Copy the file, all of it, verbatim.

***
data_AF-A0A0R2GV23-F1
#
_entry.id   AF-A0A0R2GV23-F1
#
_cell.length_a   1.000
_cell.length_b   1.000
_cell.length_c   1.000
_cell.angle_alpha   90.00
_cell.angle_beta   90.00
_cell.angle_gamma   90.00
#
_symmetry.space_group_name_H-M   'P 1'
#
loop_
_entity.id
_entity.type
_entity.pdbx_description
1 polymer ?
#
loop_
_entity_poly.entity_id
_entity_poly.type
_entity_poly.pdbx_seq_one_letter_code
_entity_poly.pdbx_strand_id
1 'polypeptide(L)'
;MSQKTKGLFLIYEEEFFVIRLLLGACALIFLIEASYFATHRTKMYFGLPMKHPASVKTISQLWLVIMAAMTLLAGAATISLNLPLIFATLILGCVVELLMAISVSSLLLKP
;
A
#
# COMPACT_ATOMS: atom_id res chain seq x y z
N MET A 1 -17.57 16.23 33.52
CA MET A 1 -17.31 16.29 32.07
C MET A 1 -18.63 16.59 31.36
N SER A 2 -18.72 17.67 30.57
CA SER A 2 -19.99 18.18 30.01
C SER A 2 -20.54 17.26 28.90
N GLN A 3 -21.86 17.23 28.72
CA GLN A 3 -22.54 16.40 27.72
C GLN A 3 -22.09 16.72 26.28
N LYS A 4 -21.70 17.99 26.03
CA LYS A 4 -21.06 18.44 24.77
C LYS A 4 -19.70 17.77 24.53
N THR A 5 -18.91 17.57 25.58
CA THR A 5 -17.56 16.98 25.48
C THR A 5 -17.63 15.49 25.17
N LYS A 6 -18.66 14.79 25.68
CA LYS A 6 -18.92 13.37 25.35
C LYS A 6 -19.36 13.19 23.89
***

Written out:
data_AF-A0A0R2GV23-F1
#
_entry.id   AF-A0A0R2GV23-F1
#
_cell.length_a   1.000
_cell.length_b   1.000
_cell.length_c   1.000
_cell.angle_alpha   90.00
_cell.angle_beta   90.00
_cell.angle_gamma   90.00
#
_symmetry.space_group_name_H-M   'P 1'
#
loop_
_entity.id
_entity.type
_entity.pdbx_description
1 polymer ?
#
loop_
_entity_poly.entity_id
_entity_poly.type
_entity_poly.pdbx_seq_one_letter_code
_entity_poly.pdbx_strand_id
1 'polypeptide(L)'
;MSQKTKGLFLIYEEEFFVIRLLLGACALIFLIEASYFATHRTKMYFGLPMKHPASVKTISQLWLVIMAAMTLLAGAATISLNLPLIFATLILGCVVELLMAISVSSLLLKP
;
A
#
# COMPACT_ATOMS: atom_id res chain seq x y z
N MET A 1 -17.57 16.23 33.52
CA MET A 1 -17.31 16.29 32.07
C MET A 1 -18.63 16.59 31.36
N SER A 2 -18.72 17.67 30.57
CA SER A 2 -19.99 18.18 30.01
C SER A 2 -20.54 17.26 28.90
N GLN A 3 -21.86 17.23 28.72
CA GLN A 3 -22.54 16.40 27.72
C GLN A 3 -22.09 16.72 26.28
N LYS A 4 -21.70 17.99 26.03
CA LYS A 4 -21.06 18.44 24.77
C LYS A 4 -19.70 17.77 24.53
N THR A 5 -18.91 17.57 25.58
CA THR A 5 -17.56 16.98 25.48
C THR A 5 -17.63 15.49 25.17
N LYS A 6 -18.66 14.79 25.68
CA LYS A 6 -18.92 13.37 25.35
C LYS A 6 -19.36 13.19 23.89